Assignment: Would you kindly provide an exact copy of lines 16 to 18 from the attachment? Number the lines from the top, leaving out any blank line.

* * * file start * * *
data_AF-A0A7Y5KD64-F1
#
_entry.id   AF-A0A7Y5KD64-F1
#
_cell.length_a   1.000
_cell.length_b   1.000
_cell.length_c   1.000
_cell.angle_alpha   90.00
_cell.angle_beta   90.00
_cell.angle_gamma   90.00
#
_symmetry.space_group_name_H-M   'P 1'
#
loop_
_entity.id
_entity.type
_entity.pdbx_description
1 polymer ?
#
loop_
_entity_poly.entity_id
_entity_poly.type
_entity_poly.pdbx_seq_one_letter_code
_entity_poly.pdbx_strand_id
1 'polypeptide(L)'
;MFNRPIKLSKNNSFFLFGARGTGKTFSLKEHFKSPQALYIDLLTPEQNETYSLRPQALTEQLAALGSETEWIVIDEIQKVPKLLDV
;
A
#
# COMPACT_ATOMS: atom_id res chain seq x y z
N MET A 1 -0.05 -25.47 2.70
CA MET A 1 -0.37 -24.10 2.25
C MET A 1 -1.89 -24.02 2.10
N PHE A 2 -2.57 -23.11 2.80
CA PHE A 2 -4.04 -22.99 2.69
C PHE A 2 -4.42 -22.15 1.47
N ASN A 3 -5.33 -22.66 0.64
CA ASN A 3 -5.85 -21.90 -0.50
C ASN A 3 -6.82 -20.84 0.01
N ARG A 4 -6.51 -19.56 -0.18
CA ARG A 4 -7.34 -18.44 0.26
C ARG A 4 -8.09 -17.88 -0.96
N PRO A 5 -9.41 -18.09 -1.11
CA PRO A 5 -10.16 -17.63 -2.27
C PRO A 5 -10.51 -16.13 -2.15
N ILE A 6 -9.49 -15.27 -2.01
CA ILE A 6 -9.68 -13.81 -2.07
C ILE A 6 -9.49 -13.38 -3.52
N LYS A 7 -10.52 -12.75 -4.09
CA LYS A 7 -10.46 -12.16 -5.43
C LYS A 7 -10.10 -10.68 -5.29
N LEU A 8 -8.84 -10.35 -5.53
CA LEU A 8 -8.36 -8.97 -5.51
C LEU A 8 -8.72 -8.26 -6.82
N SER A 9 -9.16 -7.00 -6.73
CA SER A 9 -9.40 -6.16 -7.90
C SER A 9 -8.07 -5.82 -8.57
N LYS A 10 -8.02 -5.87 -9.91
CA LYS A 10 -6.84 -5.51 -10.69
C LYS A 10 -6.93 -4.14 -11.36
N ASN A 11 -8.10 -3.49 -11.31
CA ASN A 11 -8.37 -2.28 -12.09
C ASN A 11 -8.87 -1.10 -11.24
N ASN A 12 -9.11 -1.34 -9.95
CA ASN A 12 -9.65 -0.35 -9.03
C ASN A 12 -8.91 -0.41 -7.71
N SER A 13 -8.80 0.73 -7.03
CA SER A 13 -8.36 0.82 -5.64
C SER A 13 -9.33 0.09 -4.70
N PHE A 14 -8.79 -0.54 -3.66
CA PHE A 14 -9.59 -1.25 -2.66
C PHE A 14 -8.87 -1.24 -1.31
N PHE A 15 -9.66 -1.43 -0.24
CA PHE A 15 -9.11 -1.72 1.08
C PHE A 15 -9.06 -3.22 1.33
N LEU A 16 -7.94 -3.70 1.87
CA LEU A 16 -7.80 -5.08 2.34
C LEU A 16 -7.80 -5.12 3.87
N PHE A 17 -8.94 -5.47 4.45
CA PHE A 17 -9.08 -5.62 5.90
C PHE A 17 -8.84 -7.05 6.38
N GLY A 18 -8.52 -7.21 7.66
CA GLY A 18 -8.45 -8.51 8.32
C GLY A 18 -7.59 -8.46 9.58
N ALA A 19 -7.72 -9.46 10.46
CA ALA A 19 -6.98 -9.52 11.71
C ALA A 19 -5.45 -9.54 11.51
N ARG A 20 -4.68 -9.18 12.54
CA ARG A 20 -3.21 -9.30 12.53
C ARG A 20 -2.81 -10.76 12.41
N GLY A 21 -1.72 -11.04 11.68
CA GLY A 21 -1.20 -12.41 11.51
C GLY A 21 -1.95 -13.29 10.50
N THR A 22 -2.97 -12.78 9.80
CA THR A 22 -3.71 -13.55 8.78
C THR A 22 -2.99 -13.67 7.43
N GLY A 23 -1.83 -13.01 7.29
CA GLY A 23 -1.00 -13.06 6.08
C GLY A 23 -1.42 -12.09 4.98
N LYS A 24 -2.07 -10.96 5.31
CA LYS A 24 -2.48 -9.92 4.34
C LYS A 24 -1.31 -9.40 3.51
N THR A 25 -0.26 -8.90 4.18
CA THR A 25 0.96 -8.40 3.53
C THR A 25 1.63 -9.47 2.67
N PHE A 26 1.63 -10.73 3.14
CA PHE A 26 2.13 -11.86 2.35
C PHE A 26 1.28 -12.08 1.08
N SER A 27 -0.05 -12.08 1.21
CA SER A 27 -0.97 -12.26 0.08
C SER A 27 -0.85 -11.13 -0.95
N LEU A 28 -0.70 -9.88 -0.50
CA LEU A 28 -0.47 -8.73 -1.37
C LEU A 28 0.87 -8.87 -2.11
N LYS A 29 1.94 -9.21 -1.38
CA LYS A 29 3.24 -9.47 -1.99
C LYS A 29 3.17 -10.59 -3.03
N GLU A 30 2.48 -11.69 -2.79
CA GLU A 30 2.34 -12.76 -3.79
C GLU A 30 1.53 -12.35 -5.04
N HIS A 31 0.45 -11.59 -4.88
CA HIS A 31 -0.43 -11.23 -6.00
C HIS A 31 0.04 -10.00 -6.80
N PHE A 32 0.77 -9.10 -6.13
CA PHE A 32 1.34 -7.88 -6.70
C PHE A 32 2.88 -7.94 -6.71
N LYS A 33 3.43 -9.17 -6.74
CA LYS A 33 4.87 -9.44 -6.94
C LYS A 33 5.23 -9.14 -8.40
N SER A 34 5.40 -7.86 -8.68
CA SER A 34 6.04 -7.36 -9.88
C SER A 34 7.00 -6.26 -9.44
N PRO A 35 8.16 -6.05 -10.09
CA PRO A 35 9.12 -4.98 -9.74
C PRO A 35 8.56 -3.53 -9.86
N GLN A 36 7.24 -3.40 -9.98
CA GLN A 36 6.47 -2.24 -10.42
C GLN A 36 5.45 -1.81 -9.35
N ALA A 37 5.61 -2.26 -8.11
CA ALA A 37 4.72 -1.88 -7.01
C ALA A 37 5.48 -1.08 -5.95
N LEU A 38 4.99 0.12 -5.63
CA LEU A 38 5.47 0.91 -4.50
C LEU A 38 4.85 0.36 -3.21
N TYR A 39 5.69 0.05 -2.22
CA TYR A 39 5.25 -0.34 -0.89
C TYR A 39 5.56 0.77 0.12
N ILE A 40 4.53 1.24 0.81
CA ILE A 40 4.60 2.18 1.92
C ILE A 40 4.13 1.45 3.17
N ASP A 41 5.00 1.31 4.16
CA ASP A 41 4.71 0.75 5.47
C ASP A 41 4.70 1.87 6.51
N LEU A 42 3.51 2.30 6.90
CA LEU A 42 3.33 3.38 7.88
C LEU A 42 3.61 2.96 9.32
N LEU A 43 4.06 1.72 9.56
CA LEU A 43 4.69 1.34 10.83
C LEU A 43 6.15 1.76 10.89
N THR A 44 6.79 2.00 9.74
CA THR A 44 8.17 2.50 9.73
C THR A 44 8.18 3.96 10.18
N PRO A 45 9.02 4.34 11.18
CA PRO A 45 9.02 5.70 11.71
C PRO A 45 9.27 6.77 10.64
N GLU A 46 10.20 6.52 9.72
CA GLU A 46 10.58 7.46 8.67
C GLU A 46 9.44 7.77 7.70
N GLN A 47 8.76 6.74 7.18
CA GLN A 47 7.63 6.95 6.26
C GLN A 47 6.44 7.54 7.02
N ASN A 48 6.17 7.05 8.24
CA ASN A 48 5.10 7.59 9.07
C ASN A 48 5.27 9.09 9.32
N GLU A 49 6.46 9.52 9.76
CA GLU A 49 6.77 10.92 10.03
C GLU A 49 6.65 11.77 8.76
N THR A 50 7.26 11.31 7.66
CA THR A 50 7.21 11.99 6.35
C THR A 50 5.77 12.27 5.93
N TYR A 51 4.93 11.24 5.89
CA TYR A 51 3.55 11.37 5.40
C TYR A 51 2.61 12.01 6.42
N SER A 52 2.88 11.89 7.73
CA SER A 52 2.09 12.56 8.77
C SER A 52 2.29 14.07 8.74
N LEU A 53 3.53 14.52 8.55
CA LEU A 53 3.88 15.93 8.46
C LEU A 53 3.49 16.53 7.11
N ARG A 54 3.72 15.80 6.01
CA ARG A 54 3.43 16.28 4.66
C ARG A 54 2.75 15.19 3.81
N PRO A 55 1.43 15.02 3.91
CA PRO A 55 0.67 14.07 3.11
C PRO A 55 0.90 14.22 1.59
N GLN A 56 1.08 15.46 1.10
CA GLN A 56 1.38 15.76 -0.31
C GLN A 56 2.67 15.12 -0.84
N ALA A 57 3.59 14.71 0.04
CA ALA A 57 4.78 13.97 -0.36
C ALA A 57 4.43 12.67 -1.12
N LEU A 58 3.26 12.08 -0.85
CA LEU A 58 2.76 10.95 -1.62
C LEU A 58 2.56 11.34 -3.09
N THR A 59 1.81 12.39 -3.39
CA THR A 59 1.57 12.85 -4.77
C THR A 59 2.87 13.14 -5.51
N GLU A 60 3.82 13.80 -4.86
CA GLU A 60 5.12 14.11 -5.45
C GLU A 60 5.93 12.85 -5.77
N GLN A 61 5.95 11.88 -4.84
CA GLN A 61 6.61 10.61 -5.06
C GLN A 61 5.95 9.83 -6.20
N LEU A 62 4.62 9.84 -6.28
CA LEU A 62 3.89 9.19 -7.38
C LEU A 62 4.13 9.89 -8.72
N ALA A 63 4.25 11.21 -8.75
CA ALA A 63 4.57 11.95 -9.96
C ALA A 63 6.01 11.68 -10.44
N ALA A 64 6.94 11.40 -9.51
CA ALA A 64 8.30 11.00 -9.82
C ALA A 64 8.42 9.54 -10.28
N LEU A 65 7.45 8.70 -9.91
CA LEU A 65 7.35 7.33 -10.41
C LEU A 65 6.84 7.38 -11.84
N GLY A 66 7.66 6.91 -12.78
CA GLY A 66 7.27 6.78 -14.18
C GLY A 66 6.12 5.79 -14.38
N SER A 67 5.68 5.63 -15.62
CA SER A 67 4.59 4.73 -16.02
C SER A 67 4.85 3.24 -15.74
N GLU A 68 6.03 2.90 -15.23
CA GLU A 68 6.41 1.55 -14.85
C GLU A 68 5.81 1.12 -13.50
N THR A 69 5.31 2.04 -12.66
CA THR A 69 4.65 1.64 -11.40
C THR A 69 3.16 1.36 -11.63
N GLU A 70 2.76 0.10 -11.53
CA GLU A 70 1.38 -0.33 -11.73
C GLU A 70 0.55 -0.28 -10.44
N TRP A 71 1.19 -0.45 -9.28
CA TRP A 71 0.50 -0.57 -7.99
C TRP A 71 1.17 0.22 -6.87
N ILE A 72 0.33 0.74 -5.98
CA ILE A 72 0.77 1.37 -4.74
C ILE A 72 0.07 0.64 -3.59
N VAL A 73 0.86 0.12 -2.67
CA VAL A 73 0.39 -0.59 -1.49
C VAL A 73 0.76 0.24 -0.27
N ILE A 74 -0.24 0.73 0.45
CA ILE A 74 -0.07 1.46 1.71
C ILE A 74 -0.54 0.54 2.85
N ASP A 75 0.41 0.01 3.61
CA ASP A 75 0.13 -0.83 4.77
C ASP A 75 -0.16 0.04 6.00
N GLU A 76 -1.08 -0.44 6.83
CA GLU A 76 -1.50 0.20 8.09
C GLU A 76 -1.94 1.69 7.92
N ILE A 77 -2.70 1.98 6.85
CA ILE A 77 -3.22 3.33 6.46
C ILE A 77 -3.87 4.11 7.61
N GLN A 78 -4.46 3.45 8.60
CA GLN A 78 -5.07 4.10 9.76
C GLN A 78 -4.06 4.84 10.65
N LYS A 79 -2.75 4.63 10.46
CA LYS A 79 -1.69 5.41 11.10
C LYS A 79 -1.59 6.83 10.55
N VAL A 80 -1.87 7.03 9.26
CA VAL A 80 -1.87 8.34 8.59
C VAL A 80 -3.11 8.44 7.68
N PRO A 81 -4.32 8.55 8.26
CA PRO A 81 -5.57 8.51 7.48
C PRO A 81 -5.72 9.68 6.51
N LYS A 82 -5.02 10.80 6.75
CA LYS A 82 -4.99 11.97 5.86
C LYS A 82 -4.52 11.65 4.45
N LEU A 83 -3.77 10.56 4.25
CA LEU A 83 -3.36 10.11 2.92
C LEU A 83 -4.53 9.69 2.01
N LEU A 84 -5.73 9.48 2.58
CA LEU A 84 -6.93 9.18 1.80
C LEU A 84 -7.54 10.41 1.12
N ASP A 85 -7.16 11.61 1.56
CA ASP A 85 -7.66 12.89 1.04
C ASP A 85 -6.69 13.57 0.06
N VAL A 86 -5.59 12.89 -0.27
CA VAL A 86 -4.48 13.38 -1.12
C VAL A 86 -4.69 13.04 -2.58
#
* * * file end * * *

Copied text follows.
_entity.type
_entity.pdbx_description
1 polymer ?